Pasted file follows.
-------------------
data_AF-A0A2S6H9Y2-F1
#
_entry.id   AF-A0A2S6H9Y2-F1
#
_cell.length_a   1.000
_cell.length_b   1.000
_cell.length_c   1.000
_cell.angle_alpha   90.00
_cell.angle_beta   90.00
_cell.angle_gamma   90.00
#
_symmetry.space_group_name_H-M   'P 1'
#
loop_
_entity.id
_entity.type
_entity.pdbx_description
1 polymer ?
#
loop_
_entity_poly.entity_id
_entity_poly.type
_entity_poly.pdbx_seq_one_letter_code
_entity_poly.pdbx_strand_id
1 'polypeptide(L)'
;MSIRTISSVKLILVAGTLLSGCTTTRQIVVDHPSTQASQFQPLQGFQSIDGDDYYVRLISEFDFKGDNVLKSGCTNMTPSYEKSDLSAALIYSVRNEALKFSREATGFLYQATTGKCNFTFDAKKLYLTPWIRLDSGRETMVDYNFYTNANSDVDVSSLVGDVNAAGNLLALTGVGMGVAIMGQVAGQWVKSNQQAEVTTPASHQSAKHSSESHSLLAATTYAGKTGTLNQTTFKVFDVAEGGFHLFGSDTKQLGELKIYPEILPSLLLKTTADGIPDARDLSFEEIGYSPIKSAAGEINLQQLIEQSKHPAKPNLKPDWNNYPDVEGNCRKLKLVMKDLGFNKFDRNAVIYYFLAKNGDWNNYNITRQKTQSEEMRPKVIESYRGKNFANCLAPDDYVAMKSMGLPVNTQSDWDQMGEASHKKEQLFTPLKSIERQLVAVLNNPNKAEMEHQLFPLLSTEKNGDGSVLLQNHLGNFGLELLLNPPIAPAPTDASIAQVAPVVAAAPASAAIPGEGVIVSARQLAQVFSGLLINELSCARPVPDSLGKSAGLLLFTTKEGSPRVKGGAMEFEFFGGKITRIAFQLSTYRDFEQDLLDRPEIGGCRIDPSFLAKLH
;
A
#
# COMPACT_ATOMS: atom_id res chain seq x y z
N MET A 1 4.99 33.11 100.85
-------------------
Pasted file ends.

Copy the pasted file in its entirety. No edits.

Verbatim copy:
data_AF-A0A2S6H9Y2-F1
#
_entry.id   AF-A0A2S6H9Y2-F1
#
_cell.length_a   1.000
_cell.length_b   1.000
_cell.length_c   1.000
_cell.angle_alpha   90.00
_cell.angle_beta   90.00
_cell.angle_gamma   90.00
#
_symmetry.space_group_name_H-M   'P 1'
#
loop_
_entity.id
_entity.type
_entity.pdbx_description
1 polymer ?
#
loop_
_entity_poly.entity_id
_entity_poly.type
_entity_poly.pdbx_seq_one_letter_code
_entity_poly.pdbx_strand_id
1 'polypeptide(L)'
;MSIRTISSVKLILVAGTLLSGCTTTRQIVVDHPSTQASQFQPLQGFQSIDGDDYYVRLISEFDFKGDNVLKSGCTNMTPSYEKSDLSAALIYSVRNEALKFSREATGFLYQATTGKCNFTFDAKKLYLTPWIRLDSGRETMVDYNFYTNANSDVDVSSLVGDVNAAGNLLALTGVGMGVAIMGQVAGQWVKSNQQAEVTTPASHQSAKHSSESHSLLAATTYAGKTGTLNQTTFKVFDVAEGGFHLFGSDTKQLGELKIYPEILPSLLLKTTADGIPDARDLSFEEIGYSPIKSAAGEINLQQLIEQSKHPAKPNLKPDWNNYPDVEGNCRKLKLVMKDLGFNKFDRNAVIYYFLAKNGDWNNYNITRQKTQSEEMRPKVIESYRGKNFANCLAPDDYVAMKSMGLPVNTQSDWDQMGEASHKKEQLFTPLKSIERQLVAVLNNPNKAEMEHQLFPLLSTEKNGDGSVLLQNHLGNFGLELLLNPPIAPAPTDASIAQVAPVVAAAPASAAIPGEGVIVSARQLAQVFSGLLINELSCARPVPDSLGKSAGLLLFTTKEGSPRVKGGAMEFEFFGGKITRIAFQLSTYRDFEQDLLDRPEIGGCRIDPSFLAKLH
;
A
#
# COMPACT_ATOMS: atom_id res chain seq x y z
N MET A 1 4.99 33.11 100.85